In a study conducted in Tubingen, Germany, chess experts and novices were shown geometric objects and chess positions and were later asked to identify each one of them. Their reaction times and brain activity closely monitored with the use of functional MRI scans. On the first part, which was recognizing the geometric objects, results reveal that the subjects’ performance didn’t show any dissimilarities, which implied that the experts’ visualization skills are no better than the amateurs’. However, during the identification of the chess position, the experts were seen to have performance significantly faster and better. As the researchers geared toward an element of a study previously conducted on pattern and object recognition by the chess experts, they had anticipated to notice areas of the left hemisphere of the experts’ brains (involved in object recognition) to be more reactive when they performed the tasks. However, the reaction times of the subjects were virtually identical. The very thing that sets the experts apart from the amateurs is that the former’s right brain hemispheres (involved in pattern recognition) were to seen to have also lit up during the activity. Therefore, both sides of the experts’ brains were active, processing information in two places simultaneously. The researchers added that when they showed the chess diagrams to the subjects, they observed that the amateur relied on looking at the pieces intently to be able to recognize them, whereas the experts merely relied on their peripheral vision and looked across the boards.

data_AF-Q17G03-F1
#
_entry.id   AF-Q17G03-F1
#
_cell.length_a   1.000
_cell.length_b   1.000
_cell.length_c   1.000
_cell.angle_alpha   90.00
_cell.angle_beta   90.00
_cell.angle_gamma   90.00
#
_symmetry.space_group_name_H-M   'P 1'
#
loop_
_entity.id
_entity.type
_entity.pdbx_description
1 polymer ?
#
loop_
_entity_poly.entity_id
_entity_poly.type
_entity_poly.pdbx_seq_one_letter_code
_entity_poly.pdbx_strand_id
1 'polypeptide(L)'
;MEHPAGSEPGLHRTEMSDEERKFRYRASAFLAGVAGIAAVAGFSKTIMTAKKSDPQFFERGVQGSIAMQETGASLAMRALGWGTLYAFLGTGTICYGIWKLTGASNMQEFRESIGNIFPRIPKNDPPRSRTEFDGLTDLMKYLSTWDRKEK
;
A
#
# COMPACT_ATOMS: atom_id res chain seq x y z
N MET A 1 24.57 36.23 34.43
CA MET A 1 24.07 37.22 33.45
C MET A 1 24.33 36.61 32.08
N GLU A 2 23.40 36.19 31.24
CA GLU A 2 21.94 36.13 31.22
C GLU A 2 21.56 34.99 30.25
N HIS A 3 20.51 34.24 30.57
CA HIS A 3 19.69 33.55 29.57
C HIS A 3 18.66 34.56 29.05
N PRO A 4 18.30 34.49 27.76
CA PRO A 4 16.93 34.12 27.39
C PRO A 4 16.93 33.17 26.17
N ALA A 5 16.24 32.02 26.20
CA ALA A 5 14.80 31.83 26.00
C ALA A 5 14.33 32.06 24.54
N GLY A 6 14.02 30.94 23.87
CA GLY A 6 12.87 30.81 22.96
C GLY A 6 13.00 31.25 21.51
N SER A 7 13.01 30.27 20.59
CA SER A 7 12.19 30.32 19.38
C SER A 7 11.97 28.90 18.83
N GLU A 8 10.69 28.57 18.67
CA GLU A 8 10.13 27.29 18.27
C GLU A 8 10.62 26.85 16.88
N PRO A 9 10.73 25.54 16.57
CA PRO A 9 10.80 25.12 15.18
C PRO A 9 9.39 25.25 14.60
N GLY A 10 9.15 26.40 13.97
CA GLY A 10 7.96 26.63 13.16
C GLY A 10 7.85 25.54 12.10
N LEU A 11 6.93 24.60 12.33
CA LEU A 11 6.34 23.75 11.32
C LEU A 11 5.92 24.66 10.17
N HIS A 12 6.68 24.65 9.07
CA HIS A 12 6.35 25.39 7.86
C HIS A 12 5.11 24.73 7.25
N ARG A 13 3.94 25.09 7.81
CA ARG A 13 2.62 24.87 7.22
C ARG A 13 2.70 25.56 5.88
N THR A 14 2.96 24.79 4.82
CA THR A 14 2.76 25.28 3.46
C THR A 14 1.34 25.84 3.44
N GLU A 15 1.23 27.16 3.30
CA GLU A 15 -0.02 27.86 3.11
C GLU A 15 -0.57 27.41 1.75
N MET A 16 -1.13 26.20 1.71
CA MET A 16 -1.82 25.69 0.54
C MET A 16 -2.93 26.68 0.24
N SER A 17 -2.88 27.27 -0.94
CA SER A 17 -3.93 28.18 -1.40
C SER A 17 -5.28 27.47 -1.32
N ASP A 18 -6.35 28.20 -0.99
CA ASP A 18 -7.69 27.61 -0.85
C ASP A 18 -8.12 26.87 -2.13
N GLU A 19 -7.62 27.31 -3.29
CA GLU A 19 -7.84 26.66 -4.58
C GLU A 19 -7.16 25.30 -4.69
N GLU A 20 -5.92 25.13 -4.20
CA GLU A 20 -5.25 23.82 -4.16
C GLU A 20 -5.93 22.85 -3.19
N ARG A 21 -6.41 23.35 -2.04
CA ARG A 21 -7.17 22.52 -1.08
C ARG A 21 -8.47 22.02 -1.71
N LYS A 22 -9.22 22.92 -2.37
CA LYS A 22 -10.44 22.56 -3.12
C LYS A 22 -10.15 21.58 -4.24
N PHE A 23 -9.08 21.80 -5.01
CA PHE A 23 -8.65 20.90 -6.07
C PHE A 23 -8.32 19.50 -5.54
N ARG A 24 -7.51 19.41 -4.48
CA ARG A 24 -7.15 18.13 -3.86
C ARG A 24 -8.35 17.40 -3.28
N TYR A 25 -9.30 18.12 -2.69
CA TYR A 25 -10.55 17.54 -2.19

Compared to observing geometric objects where subjects’ performance showed no similarities, the experts show better and faster performance in the identification of chess position, and the result also shows that both sides of the experts’ brains were active during pattern and object recognition, processing information in two places simultaneously and relying on their peripheral vision. (55 words)